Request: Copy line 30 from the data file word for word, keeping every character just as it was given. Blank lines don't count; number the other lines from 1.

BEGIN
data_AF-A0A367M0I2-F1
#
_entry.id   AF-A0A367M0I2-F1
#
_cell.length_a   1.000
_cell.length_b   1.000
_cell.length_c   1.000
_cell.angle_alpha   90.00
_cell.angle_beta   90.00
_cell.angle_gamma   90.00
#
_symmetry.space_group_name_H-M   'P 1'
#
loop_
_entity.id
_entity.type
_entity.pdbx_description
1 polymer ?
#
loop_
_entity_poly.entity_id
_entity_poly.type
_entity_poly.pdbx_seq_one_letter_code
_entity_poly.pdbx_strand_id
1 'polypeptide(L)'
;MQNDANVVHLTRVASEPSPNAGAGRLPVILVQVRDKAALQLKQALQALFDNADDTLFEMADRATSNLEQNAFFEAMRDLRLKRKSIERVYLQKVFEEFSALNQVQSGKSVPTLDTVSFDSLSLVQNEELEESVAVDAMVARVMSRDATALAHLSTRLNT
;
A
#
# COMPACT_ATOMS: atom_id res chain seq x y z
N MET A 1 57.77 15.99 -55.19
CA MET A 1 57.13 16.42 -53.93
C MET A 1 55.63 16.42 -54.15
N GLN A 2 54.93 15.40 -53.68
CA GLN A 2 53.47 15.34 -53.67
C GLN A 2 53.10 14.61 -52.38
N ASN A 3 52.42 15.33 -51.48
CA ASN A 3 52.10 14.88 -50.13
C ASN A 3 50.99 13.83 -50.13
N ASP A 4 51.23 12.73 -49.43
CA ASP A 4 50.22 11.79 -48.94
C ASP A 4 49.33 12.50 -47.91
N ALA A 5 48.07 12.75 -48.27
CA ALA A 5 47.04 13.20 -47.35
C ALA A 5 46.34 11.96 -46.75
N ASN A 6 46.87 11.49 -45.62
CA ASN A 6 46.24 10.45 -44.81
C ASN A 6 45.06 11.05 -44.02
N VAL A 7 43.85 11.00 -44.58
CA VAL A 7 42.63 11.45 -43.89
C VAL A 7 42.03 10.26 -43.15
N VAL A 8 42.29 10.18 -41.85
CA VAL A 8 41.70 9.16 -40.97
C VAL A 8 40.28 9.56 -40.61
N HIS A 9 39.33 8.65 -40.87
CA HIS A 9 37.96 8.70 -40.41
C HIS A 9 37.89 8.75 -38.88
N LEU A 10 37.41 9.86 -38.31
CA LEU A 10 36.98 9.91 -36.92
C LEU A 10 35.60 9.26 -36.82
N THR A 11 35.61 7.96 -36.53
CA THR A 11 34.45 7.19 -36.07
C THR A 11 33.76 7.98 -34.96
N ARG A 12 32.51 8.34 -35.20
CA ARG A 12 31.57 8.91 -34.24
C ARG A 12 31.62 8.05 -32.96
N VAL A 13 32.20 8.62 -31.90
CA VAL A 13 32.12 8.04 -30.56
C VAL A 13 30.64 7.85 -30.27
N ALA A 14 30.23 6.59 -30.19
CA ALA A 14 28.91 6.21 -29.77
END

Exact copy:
# COMPACT_ATOMS: atom_id res chain seq x y z